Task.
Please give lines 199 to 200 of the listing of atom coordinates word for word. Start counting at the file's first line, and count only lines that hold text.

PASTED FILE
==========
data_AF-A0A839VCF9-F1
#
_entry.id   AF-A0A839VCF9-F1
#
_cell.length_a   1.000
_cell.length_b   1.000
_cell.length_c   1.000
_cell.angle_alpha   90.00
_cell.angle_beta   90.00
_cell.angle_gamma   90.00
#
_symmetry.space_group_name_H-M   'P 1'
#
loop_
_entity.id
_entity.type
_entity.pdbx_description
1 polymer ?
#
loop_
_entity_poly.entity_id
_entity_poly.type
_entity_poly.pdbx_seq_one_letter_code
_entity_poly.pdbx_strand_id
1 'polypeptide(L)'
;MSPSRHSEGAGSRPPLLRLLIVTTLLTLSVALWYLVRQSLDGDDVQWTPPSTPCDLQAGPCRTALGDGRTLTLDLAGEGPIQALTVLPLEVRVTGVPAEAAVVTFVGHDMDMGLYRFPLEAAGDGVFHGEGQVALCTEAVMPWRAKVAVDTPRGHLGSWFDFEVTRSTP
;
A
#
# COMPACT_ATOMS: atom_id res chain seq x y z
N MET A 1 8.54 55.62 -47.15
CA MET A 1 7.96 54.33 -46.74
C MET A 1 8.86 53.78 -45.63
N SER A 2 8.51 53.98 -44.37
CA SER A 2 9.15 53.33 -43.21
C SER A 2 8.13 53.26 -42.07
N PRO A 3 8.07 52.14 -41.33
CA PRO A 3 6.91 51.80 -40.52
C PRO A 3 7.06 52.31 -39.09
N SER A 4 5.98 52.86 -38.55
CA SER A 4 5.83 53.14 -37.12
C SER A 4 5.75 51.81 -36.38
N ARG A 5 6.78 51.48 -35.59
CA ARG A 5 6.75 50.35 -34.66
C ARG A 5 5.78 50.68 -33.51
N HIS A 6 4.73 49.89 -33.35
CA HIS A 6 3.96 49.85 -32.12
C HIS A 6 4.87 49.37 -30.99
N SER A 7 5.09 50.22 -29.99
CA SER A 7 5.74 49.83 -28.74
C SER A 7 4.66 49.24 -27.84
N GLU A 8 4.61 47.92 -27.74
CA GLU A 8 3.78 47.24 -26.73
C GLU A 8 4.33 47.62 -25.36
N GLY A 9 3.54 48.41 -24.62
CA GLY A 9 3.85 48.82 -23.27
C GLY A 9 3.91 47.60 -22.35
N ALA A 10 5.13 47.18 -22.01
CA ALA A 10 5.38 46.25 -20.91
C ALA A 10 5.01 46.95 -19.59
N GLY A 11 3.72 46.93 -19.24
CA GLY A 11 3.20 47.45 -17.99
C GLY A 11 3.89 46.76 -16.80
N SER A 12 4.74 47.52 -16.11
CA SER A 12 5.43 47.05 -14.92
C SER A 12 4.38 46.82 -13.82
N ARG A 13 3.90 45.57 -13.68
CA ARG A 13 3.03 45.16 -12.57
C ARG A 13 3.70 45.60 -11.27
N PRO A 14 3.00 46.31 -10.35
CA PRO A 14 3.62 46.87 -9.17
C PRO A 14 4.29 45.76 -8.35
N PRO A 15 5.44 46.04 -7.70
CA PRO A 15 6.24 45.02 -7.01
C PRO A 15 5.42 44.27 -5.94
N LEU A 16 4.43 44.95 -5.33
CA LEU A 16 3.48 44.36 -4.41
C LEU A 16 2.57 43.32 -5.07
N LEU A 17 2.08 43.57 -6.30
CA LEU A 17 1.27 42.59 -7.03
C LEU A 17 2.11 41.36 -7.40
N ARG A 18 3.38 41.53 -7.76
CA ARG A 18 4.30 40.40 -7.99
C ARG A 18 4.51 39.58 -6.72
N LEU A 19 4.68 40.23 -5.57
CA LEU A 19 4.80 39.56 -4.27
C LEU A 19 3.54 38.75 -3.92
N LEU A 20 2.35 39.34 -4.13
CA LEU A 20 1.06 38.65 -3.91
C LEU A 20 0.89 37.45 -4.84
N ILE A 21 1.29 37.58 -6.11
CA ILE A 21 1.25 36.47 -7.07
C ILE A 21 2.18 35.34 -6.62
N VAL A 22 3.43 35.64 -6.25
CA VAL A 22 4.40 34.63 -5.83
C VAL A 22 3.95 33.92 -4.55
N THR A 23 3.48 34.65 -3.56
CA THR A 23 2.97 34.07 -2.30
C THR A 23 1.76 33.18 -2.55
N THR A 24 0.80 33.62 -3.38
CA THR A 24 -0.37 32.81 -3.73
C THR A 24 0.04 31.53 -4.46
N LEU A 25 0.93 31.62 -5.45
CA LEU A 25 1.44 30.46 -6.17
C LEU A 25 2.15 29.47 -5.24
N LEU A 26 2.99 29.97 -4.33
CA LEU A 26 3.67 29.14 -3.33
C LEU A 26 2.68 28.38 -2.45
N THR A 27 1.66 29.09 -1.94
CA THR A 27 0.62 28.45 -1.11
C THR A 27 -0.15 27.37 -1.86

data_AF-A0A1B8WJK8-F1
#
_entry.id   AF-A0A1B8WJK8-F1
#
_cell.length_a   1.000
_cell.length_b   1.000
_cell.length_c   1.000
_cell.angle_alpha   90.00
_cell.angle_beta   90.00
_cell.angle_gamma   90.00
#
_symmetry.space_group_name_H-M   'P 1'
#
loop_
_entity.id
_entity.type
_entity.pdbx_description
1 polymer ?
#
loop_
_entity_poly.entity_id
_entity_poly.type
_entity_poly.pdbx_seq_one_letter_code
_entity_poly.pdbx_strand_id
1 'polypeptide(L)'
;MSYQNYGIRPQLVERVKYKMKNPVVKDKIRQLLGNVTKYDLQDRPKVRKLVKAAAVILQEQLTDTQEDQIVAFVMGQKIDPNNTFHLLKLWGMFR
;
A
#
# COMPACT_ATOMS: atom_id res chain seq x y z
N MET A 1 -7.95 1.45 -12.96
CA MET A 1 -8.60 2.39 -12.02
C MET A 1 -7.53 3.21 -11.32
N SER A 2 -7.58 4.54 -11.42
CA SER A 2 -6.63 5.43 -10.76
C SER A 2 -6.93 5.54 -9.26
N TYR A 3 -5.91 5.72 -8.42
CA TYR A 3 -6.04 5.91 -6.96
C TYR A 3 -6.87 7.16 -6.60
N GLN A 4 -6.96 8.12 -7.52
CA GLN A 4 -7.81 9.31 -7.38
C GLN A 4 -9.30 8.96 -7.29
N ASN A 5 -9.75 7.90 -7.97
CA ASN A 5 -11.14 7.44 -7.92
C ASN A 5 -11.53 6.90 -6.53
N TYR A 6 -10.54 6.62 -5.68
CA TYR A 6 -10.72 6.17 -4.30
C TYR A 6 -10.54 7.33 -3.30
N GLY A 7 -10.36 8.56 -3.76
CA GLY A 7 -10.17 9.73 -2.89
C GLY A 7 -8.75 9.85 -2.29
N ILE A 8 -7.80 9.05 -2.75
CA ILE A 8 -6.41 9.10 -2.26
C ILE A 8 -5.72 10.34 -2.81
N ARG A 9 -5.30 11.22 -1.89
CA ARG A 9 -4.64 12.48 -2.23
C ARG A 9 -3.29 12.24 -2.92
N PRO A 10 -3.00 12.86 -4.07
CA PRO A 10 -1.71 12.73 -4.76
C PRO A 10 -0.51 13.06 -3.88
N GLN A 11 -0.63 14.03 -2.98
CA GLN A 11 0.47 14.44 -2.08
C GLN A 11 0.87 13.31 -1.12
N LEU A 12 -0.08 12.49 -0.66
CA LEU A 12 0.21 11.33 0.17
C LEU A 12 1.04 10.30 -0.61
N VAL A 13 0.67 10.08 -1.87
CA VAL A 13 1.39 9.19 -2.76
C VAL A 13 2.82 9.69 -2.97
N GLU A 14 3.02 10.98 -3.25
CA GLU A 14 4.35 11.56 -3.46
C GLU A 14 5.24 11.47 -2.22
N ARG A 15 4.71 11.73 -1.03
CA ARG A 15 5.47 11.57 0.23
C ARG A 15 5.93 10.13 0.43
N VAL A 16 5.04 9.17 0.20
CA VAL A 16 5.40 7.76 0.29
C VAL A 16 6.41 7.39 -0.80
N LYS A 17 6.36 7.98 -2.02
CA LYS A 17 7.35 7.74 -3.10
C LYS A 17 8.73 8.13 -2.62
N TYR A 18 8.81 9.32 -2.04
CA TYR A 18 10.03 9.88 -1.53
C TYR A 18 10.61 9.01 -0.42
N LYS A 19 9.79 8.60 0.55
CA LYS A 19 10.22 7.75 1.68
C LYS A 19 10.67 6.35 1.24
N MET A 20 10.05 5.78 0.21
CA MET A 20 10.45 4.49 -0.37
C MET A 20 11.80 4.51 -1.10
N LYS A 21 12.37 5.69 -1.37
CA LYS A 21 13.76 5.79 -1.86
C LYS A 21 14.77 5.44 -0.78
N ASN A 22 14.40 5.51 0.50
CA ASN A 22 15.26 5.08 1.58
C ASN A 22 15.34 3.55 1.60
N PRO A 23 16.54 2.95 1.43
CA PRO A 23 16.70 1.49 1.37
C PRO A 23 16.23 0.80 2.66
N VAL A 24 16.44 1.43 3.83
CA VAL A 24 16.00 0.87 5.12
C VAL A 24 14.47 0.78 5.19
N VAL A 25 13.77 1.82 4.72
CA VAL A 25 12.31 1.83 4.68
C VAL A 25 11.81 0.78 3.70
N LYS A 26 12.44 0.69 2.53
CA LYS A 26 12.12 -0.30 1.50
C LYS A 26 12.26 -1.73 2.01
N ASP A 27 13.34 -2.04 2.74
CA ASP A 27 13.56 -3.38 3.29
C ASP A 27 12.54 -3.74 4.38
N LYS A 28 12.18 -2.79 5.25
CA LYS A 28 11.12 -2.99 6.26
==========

N MET A 20 10.05 5.78 0.21
CA MET A 20 10.45 4.49 -0.37